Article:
SPERCHEIDAE Erichson, 1837
Filter-Feeding Water Beetles
Our single British member of this small and distinctive family of water beetles is probably now long extirpated, but remains locally common in Europe, and so could occur here again.
POLYPHAGA Emery, 1886
HYDROPHILOIDEA Latreille, 1802
Spercheus Kugelann in Illiger, 1798
S. emarginatus (Schaller, 1783)
A small family containing a single genus with around 20 species. They occur throughout the world except for the Nearctic. The widest diversity is found in the Oriental and African tropical regions. Two species occur in Australia; S. wattsi Hebauer, 1999 and S. platycephalus Macleay, 1825 which also occurs on some islands of Southeast Asia. At least two have been described from South America. One from Iran; S. babylonicus Hebauer, 1997, and one from Madagascar; S. hovanus Fairmaire, 1903. There is only a single Palaearctic species; S. emarginatus (Schaller, 1783).
Adults are very characteristic and should not be confused with any other group, even though in the field they are often covered in mud and detritus. The genus is characterized by the following combination of characters:
Head strongly contracted behind the eyes.
Clypeus widely dilated and dimorphic, being variously excised on the front margin in the male.
Antennae 7 segmented; segment 3 small and segments 4 to 7 large.
Mentum large and transverse.
Empodium large and mulitsetose.
Galea long and thin.
Characters useful in identifying the species include any denticular arrangement on the tibiae, ridges or tubercles on the elytra, and the lateral margins of the pronotum which may be lobed, undulate or in other ways uneven.
The larvae are distinctive with a large head and strongly tapered abdomen with lateral processes on the first 8 segments. The labrum is fused to the head capsule. Labial palps 1 segmented. Apex of mandibles bidentate. Gular sutures separate. First segment of the maxillary palps with a large digitiform appendage. Abdominal segments 8 and 9 form a spiracular chamber. Worldwide the larvae are filter feeders of detritus and algae etc. although at least one Australian species predates snails, worms, small crustaceans and insect larvae.
The family is morphologically distinct and clearly monophyletic possessing many unique characters in both adult and larval stages. Most of these are adaptations to a filter feeding way of life. They occur in stagnant water with a high density of vegetation, and often in the mud at the sides of small pools. Adults and larvae are among the very few coleopteran filter feeders. Neither stage swims but may be found hanging upside down from the surface while filtering food. Adults feed on algae near the surface while larvae feed on organic remains of small invertebrates from above or below the surface. Eggs are carried in a cocoon by the female, attached to the metatibiae and carried below the abdomen, in hydrophilids it is attached directly to the abdomen. The cocoon is discarded once the larvae hatch. Larval development is usually rapid and they may be found alongside cocoon carrying females. Pupation occurs in a cocoon on soil at the water margin. In temperate regions the enclosed adults overwinter in the cocoon.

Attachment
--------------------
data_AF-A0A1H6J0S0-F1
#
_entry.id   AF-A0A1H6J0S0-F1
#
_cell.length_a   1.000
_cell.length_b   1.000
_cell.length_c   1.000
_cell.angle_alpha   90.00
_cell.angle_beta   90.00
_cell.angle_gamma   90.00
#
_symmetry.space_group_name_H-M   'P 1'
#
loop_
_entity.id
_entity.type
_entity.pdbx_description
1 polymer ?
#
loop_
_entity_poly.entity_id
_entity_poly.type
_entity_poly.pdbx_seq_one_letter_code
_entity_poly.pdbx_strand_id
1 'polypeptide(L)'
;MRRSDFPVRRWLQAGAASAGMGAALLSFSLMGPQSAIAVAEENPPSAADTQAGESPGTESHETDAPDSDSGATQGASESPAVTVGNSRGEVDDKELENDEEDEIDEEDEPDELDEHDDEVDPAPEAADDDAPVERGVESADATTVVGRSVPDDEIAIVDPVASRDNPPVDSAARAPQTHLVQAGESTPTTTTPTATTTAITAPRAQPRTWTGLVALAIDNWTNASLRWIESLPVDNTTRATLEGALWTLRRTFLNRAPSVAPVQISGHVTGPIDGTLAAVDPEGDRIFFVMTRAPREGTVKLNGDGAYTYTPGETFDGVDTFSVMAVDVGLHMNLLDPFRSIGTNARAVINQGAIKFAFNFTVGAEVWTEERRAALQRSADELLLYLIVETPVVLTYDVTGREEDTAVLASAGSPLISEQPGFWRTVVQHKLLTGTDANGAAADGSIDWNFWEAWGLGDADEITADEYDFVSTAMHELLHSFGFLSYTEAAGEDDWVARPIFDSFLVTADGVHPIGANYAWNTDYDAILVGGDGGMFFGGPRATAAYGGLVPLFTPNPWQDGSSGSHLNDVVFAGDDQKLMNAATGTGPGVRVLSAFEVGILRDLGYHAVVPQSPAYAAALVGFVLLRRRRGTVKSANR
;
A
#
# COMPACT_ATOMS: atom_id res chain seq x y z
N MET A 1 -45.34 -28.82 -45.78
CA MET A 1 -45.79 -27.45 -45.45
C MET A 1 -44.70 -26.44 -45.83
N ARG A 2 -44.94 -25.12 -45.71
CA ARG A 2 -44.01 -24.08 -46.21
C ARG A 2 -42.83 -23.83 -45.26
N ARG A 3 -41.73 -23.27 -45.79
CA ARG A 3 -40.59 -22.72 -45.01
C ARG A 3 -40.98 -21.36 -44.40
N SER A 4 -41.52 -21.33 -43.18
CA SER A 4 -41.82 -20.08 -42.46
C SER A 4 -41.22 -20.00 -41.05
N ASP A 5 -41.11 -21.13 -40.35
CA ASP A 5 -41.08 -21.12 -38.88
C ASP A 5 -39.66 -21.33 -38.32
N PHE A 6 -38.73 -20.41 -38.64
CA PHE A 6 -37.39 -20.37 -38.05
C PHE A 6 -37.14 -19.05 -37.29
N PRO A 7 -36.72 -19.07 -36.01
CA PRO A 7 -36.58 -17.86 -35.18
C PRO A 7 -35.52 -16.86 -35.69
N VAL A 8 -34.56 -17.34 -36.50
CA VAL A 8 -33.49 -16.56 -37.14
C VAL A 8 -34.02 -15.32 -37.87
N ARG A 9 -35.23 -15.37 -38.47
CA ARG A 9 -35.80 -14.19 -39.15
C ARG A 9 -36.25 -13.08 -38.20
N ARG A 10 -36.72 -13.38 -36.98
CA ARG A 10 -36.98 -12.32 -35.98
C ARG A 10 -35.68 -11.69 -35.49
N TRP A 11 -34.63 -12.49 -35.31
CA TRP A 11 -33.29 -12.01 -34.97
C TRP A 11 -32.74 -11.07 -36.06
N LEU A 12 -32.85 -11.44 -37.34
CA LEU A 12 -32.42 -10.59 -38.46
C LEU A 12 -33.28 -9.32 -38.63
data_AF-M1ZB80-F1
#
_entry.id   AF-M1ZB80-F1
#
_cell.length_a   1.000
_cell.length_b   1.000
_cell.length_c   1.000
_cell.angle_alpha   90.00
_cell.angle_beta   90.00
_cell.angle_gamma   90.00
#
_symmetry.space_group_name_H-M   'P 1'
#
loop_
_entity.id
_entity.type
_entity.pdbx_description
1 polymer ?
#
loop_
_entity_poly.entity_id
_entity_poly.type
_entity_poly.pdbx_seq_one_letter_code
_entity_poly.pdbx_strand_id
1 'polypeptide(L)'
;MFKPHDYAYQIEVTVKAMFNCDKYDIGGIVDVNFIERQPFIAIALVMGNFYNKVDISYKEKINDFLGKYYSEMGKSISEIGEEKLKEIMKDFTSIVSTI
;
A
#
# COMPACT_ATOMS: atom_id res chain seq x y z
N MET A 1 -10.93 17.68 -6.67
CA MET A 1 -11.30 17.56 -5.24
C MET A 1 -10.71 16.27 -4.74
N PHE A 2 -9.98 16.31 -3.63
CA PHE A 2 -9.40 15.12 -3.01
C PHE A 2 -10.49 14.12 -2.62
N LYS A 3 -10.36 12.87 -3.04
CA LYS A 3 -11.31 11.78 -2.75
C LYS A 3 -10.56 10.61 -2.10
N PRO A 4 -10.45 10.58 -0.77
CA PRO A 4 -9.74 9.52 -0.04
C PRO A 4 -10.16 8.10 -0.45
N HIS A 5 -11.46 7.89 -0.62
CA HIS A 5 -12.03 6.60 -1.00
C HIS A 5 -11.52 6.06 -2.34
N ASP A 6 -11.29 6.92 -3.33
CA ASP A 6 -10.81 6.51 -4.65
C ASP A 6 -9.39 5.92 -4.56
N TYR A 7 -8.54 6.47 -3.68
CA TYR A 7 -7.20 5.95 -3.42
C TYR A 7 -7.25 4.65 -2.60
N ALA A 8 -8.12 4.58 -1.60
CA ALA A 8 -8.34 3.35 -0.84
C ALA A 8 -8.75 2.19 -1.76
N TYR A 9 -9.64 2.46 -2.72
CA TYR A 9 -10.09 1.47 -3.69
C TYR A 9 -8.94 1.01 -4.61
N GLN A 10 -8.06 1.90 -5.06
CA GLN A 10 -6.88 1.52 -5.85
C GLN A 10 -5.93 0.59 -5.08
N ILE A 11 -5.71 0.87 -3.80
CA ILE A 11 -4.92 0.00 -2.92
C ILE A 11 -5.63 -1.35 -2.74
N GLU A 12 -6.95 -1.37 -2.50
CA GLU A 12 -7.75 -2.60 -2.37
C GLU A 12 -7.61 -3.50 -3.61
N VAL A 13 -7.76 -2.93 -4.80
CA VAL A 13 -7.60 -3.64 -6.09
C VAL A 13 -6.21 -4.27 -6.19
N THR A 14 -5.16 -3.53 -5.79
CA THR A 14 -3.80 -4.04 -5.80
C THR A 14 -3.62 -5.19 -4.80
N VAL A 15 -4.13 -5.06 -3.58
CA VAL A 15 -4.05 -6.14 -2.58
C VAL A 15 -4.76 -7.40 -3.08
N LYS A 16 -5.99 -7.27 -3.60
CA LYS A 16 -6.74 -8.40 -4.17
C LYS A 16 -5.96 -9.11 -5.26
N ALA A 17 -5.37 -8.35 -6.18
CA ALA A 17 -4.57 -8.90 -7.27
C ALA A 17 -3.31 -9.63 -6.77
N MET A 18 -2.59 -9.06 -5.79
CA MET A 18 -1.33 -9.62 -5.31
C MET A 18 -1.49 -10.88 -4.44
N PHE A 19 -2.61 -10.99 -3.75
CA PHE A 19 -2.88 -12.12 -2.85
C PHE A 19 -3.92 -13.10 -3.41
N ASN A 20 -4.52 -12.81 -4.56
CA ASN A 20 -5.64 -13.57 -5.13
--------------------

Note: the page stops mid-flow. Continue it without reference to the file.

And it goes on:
Spercheus emarginatus (Schaller, 1783)
This is the only Palaearctic species of the family; it occurs throughout central and parts of northern Europe but is very local and seems to be nowhere common. During the nineteenth century it occurred locally in southeast England but there is only a single twentieth century record, from Suffolk in 1956 and it is now presumed to be extinct. Adults are varying shades of brown with darker markings and carry an air bubble on the ventral surface. They are fully winged but rarely fly. Both adults and larvae are aquatic, living along the margins of muddy, eutropic stagnant water. Both stages typically feed upside down at the water’s surface on algae and decomposing vegetable matter, the larvae also predate small insect larvae etc. Females take care of the offspring, carrying a cocoon containing around 60 eggs underneath the body. This cocoon is abandoned after the larvae hatch. The full grown larvae are dark with a large, square head, convex dorsal surface and flat underside. They often remain alongside the female until fully grown. Pupation occurs in late summer in a cocoon on the water margin and the eclosed adults overwinter.
5-7mm. Head strongly contracted behind the eyes. Eyes prominent and asymmetrical. Centre of frons convex and then concave either side towards the eyes. Surface very uneven and with obscure large punctures. Clypeus dilated and notched at centre of front margin, anterior corners angled in male. Antennae 7 segmented but may appear 6 segmented as 3 very small, 5-7 form a weakly expanded club. Segments 3-7 pubescent. Palps longer than antennae. Pronotum transverse, convex on disc and explanate towards lateral margins. With large, dense punctures, shining between and microsculptured within. Front margin bordered and sinuate, produced at centre. Lateral margins evenly rounded. Hind margin weakly sinuate and produced at centre. Scutellum elongate with surface microsculptured. Elytra very convex, flanks almost vertical, declivity steep. Surface randomly punctured and with 4 or 5 narrow, longitudinal unpunctured and slightly raised lines; 2, 3 and 5 continued almost to apex but the strength of these varies. Side margins finely bordered and narrowly explanate. Sutural margin and adjacent ridge raised just before apex. Tibiae with raised ridges lined with small, stiff spines, and with combs of small spines at apex. Tarsi 5, 5, 5. Segments 1-4 lobed below. Terminal segment long and curved, as long as 1-4 combined. Claws large and evenly curved, without teeth. Empodium large, prominent and with long setae at apex. Abdomen with 5 visible sternites. Underside with close hydrofuge pubescence.